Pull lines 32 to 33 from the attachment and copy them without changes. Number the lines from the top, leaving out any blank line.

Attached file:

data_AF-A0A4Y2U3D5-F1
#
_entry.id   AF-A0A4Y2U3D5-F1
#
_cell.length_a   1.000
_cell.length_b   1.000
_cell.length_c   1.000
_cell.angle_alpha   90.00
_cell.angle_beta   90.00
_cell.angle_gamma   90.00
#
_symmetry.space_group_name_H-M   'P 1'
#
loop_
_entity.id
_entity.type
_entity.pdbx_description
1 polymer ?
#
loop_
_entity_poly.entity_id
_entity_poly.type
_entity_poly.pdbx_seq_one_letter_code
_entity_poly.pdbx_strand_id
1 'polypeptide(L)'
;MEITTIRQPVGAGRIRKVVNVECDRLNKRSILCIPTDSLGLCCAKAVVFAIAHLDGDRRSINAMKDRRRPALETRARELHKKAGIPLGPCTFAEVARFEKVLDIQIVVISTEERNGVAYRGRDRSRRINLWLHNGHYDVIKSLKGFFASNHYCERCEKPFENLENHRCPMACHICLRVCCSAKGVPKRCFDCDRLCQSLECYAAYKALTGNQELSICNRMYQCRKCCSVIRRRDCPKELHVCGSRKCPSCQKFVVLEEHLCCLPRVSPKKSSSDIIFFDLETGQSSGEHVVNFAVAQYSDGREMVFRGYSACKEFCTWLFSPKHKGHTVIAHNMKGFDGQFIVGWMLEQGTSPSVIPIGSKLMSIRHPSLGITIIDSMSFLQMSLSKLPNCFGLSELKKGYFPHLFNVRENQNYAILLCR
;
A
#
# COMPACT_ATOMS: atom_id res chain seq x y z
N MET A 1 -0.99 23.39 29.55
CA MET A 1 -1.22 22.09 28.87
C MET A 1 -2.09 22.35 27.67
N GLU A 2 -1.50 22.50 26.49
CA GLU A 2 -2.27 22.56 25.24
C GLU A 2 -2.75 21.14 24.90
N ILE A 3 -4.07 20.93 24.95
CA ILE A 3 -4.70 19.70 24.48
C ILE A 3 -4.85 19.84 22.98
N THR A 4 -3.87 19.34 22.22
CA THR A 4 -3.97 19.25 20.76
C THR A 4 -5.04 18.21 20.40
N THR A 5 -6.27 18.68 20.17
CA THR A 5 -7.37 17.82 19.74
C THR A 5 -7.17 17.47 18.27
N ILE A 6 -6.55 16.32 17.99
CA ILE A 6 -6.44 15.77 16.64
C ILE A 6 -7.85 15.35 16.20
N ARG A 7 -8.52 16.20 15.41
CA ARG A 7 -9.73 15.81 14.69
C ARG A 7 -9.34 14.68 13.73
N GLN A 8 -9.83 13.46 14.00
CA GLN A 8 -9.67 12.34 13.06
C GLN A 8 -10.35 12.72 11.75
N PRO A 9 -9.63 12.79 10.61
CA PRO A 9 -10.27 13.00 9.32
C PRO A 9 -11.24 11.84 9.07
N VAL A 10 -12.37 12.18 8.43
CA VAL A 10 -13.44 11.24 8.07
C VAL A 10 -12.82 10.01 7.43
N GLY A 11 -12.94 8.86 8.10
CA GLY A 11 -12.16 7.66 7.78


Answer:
CA MET A 1 -1.22 22.09 28.87
C MET A 1 -2.09 22.35 27.67